Monday, April 3, 2017

Qing Ming Jie - 清明节

My wife and I are enjoying a few well-earned days off from our jobs this week due to another one of the Chinese holidays we do not have in the States, Qing Ming Jie (清明节). In English, we would call this the Tomb-Sweeping Festival and it is just exactly what it sounds like. On this weekend, people travel back to their hometowns where their parents or grandparents are buried and sweep the dirt off the grave that has collected over the last year.

This is one of the holidays which kicks off springtime in China. It is celebrated on the first day of the fifth solar term of the traditional Chinese lunisolar calendar. OR…as westerners would say, it's the 15th day after the spring equinox. OR…as I would say, it's on April 4th or 5th each year. I don't know why it has to be so complicated.

Qing Ming Jie is similar to Memorial Day as it is a day to honor the dead, but that is about as far as the similarities go. In America, Memorial Day is celebrated like every other holiday that involves a three-day weekend. We get together to drink some beer and eat a bunch of grilled meat. At some point, someone may put some flowers on a grave somewhere. In China, there seems to be much more tradition involved.

And, as usual, since I spend most of my time with children, it is them that I turn to for my Chinese cultural education. And, since their English is very limited and my Chinese is virtually non-existent, sometimes they ask to draw me a picture instead of trying to explain something. I had no idea what this holiday even was, so two girls tried to draw it for me.

They are drawing pictures of graves.
After looking at the pictures and having a little back and forth with our combined limited language capabilities, I was able to determine that this was a day to commemorate the dead. Okay. Simple enough, but then I asked more questions.

On my way into the school that morning, I saw a street vendor selling something I had not seen before. With a holiday coming up, I figured there must be a connection. So I asked my students about the bundles of money I had seen for sale on the street corners.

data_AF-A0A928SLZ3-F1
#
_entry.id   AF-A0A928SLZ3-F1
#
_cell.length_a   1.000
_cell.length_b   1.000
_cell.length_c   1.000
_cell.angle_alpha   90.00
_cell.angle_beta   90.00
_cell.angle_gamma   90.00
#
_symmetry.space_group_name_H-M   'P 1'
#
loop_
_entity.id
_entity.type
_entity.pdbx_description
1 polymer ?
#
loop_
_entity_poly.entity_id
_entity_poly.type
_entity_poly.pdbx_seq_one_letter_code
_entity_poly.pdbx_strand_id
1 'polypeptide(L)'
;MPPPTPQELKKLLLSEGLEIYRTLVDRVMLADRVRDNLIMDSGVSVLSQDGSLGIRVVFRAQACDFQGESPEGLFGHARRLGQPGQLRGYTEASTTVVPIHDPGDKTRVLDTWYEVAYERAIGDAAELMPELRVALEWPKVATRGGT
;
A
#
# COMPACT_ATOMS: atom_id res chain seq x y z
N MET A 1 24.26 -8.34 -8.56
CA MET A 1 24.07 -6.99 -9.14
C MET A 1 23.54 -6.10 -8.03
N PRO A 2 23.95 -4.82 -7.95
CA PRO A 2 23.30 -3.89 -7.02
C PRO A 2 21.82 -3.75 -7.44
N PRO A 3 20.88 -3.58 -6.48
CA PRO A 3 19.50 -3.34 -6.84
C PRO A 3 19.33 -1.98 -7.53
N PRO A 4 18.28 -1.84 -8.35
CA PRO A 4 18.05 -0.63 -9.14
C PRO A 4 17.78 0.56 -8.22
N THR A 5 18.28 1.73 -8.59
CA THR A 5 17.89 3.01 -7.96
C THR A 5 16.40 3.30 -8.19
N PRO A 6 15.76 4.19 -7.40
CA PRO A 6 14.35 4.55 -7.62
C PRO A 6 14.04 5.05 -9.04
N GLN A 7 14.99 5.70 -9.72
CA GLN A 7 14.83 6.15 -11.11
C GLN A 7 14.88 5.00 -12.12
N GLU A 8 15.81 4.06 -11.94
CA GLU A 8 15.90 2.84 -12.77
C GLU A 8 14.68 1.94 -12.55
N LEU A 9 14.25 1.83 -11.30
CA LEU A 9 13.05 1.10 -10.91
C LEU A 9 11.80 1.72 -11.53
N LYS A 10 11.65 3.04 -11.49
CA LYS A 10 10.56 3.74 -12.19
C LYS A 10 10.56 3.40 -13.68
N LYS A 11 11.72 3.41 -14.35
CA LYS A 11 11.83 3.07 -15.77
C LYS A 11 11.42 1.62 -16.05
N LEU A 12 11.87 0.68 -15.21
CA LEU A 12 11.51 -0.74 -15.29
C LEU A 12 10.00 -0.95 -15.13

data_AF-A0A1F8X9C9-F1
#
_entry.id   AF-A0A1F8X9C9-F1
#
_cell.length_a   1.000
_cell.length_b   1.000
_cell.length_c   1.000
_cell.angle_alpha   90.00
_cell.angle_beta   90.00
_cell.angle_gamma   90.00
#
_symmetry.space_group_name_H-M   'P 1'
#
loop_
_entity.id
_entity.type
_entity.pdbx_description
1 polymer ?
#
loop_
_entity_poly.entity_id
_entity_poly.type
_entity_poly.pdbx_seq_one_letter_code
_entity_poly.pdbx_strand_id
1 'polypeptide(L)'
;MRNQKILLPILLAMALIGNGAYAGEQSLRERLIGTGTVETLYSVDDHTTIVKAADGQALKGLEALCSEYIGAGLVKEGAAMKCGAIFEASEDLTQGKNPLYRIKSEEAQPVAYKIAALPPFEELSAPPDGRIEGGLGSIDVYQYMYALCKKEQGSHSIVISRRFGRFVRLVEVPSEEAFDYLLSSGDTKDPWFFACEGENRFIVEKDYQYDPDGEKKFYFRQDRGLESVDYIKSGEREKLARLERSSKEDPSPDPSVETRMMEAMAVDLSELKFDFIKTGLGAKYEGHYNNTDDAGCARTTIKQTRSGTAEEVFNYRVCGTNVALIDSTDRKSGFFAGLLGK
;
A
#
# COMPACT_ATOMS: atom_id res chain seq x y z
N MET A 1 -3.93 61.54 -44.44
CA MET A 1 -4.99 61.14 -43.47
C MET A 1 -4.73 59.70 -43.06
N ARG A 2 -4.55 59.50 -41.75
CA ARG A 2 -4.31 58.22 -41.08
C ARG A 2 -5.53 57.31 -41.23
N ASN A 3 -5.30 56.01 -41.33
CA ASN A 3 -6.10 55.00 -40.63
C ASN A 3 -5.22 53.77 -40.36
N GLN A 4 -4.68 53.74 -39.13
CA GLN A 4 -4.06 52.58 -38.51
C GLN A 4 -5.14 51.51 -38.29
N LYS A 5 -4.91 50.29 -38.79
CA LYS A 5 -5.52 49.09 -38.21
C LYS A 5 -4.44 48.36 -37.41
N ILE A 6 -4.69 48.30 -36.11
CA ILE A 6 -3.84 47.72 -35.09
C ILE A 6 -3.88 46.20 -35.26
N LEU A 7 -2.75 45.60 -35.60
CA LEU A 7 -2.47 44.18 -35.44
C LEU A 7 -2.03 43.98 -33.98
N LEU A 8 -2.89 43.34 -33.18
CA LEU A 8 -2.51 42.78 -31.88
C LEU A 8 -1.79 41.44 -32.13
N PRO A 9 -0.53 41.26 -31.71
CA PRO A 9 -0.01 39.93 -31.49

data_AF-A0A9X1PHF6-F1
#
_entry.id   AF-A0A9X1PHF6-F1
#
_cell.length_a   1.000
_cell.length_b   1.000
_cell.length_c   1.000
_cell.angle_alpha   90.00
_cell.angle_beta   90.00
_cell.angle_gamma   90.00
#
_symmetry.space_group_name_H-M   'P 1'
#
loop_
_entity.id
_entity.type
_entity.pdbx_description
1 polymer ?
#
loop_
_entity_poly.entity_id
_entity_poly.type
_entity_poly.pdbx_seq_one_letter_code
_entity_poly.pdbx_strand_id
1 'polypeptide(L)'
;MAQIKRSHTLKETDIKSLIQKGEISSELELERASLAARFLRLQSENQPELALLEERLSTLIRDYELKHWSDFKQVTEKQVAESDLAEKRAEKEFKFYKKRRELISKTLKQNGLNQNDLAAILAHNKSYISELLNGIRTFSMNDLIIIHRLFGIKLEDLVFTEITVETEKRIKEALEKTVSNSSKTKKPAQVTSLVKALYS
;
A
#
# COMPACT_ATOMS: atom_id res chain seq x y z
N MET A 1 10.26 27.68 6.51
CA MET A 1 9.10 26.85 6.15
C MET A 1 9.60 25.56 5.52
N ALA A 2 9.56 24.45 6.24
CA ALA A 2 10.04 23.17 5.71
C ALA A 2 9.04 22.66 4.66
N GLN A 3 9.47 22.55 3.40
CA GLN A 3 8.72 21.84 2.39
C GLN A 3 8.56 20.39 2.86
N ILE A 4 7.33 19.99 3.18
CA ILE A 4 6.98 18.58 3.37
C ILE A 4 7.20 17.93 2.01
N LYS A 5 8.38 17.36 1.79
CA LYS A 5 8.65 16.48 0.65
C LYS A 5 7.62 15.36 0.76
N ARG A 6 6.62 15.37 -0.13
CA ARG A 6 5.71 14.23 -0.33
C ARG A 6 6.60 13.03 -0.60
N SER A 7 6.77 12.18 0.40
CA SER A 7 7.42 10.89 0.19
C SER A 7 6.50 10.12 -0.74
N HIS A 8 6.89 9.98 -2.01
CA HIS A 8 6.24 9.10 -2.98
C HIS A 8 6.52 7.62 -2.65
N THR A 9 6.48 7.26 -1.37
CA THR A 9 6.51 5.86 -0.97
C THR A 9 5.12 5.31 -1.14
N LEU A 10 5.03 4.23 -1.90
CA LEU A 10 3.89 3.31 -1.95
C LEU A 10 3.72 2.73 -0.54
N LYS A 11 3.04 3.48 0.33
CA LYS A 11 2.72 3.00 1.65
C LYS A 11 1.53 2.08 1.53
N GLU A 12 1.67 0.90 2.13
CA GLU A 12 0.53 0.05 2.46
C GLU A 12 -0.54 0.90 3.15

It is fake, over-sized money in huge denominations.
They told me that the money is for burning. Burning. Not like we burn money in the States at Christmas by buying way more stuff than is needed, but actual burning. You buy this money and then you burn it. I had to ask why. A girl drew me this picture.

Money is burned for the dead to have a better after-life
Apparently, being dead is not much better than being alive if you don't have any money. I asked my students what a dead person would need money for and several of them shouted out "FOOD!"

I had never considered this. I know how much I love food and how much it really sucks to be hungry, but I didn't think that would be an issue after you kicked the bucket. Well, here it is. I have to do my best not to die in China.

As you can see from the video, we didn't get very far in the explanation department. I don't think any of us generally know what the other is talking about most of the time. However, I did see some of the burning of money happening that night.

And plenty of evidence of it the next day.

These burn spots were everywhere.
I'm not quite sure of the logistics of how this works or where you file your paperwork to be sure that the money you burn gets to the correct person in the afterlife and the children were of no help. They told me that the person you want the money to go to will get it. It just happens.

I continued to ask questions to try to understand this practice:

Can I burn money to go to more than one person?
Why don't the dead just get jobs so they have their own money?
Can I burn money for myself so it will be there waiting for me when I do die?
Is there crime in the afterlife?What if I burn money for my grandma, but another dead guy steals it?

Eventually, a boy raised his hand and said, "This is just Chinese tradition. It is not real. It is an ancient custom."

"Ah," I replied. "It's like Santa Claus. We leave out milk and cookies even though we know he isn't real. It's just tradition."

His jaw dropped open. "What?" was all he could say. Another kid wailed, "Santa's not real?" Half the class started crying.

I'll never understand China.